Analysts: China's restrictions, Russian oil cap affecting world oil prices

Gas prices.
Gas prices. Source: Siim Lõvi /ERR

China's harsh coronavirus measures and the future price cap on Russian oil are impacting global commodities markets, Estonian analysts said on Monday.

The G7's suggested price cap for Russian oil is somewhere between $60 and $70 a barrel. Last week some EU member states suggested adopting a similar figure. This is currently higher than a barrel of Russian oil sells for.

Several countries, including the Baltic states, disagree and Estonia has threatened to veto the decision. It was reported Poland said the limit should be $30. 

LHV economic analyst Kristo Aab told Monday's "Aktuaalne kaamera" the $60-$70 cap would not have the desired effect.

"It seems that this price cap has been chosen for inflationary reasons rather than to reduce production or to reduce Russia's revenues," he said.  

Aab said, to be effective, the ceiling cannot be higher than the break-even point. But this raises another question: Where exactly is this point? 

Gasoline station. Source: Ken Mürk/ERR

"Various estimates of the Russian producer price hover around $45-50 a barrel, which would be the break-even point for Russian oil producers. Although this is also a bit debatable, as Russia produces oil both onshore and in the Arctic Ocean, and these break-even points are very different," said Aab.

He said this measure may prove ineffective anyway as other countries can always find loopholes to buy Russian oil.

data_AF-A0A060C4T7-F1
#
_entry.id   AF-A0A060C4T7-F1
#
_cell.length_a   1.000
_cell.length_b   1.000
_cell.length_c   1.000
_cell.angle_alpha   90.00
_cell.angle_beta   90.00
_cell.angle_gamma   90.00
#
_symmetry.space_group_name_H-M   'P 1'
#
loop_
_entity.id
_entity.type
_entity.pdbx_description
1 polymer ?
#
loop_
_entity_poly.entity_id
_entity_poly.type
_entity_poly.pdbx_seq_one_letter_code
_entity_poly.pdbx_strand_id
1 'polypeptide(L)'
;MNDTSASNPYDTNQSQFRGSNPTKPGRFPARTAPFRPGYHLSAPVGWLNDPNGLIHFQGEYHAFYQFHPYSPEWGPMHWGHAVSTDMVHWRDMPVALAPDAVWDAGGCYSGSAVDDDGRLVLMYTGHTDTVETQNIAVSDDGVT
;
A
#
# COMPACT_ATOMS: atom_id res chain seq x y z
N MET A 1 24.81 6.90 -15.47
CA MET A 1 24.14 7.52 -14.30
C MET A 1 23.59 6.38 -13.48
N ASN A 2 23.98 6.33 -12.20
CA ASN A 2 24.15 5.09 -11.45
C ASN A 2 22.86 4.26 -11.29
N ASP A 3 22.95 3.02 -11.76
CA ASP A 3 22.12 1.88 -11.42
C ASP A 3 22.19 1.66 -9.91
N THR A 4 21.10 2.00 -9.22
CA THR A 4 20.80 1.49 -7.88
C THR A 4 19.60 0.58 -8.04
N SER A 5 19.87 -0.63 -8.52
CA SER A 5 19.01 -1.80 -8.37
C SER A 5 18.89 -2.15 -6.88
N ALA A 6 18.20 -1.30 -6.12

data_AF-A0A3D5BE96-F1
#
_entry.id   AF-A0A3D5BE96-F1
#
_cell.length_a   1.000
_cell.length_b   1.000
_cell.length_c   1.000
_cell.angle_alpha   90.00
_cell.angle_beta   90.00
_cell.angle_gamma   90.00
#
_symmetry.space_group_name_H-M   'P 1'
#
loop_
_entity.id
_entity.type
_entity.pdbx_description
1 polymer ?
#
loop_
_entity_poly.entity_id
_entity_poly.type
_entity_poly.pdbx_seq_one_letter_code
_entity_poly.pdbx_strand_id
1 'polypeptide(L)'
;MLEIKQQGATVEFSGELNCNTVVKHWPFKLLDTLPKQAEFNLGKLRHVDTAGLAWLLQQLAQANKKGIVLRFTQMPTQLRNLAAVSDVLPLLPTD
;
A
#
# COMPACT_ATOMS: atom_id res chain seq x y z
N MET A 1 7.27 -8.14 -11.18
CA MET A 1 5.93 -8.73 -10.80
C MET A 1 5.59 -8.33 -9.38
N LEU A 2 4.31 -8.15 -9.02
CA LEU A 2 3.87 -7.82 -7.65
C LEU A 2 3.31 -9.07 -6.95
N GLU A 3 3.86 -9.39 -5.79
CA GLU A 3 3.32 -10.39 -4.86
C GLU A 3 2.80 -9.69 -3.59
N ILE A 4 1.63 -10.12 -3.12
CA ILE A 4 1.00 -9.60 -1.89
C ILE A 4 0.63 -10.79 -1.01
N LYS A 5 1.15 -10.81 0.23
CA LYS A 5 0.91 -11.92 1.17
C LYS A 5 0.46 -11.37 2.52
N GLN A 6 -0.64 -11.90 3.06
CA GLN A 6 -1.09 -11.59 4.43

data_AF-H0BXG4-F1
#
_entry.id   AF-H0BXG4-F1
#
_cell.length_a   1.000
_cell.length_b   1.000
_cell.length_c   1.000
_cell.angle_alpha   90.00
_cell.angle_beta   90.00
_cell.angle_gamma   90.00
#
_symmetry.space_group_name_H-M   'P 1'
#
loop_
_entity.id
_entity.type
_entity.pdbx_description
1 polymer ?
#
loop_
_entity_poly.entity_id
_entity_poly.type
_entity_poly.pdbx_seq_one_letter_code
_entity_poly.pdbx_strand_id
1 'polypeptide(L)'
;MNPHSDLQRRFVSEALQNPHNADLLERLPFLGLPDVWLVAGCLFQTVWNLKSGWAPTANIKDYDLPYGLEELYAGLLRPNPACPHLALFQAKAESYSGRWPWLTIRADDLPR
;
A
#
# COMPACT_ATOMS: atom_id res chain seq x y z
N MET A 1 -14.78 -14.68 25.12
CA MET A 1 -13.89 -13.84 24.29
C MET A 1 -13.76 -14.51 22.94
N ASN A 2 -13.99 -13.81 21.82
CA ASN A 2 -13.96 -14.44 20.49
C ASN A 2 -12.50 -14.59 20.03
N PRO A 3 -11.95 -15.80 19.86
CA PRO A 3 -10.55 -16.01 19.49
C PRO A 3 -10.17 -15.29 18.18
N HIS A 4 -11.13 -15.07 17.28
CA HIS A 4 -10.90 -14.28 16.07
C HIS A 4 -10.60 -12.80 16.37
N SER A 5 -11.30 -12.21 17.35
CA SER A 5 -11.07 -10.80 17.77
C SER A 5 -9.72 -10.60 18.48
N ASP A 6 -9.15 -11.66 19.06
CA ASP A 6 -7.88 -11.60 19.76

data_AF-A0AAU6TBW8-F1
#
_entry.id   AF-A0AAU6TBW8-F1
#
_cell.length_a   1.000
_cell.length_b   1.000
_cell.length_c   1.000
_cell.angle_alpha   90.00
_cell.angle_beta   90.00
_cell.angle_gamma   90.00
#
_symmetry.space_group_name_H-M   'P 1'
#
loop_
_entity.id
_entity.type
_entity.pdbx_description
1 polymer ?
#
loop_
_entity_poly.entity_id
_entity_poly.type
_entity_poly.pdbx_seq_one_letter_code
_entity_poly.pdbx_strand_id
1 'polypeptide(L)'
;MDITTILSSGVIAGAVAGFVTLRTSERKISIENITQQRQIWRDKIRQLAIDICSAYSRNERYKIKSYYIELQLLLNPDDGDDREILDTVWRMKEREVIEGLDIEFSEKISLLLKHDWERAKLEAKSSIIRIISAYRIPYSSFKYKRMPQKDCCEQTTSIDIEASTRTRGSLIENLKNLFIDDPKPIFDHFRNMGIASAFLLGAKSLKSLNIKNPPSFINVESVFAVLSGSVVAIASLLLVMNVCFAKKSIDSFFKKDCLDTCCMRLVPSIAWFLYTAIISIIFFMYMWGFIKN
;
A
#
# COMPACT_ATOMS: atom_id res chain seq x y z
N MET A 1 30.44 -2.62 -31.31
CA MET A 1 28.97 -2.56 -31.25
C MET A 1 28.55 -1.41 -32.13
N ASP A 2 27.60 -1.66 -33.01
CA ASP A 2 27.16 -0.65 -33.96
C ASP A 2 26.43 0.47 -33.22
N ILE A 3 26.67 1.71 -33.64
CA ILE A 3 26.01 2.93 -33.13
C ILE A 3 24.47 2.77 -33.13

Fuel seller Neste told AK the market is currently affected by three factors.

"One is, of course, the introduction of a price cap by the European Union. Meanwhile, the OPEC+ countries will meet later this week to discuss increasing production and how to make up the shortfall caused by the loss of Russian oil," Neste's marketing and communications manager Risto Sülluste said.

The third point is China and its zero-covid policy. Its strict containment measures have reduced oil consumption by 40 percent.

"If China fails to contain Covid, and consumption and demand remain low, this could drive oil prices down. If this fall in prices reaches the finished product price, it will certainly be reflected in our prices," Sülluste said.

Traffic in Central Tallinn. October 2022. Source: Siim Lõvi/ERR

While gasoline consumption usually drops in winter, the demand for diesel may rise this year, pushing up prices, as it can be used as an alternative to gas for heating purposes.

European refineries have little capacity for diesel, AK reported.

Circle K: OPEC meeting could push prices higher

Oil prices fell on Monday morning, with Brent crude trading at $81 compared to last week's $83-$90.

Due to China's decreased consumption, oil prices will drop in the short term but the Russian oil embargo, which will be implemented on December 5, will likely push prices up again in the long term, Circle K's motor fuel pricing manager Indrek Sass said.

"Oil prices have indeed taken a downward turn, mainly due to the news from China. Part of the impact is also coming from the recovery in global inventories and the associated fall in demand," he said.

All eyes will be on OPEC's December 4 meeting, he said. The group could decide to cut production in order to raise prices again.


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Editor: Marko Tooming, Helen Wright

Source: Aktuaalne kaamera

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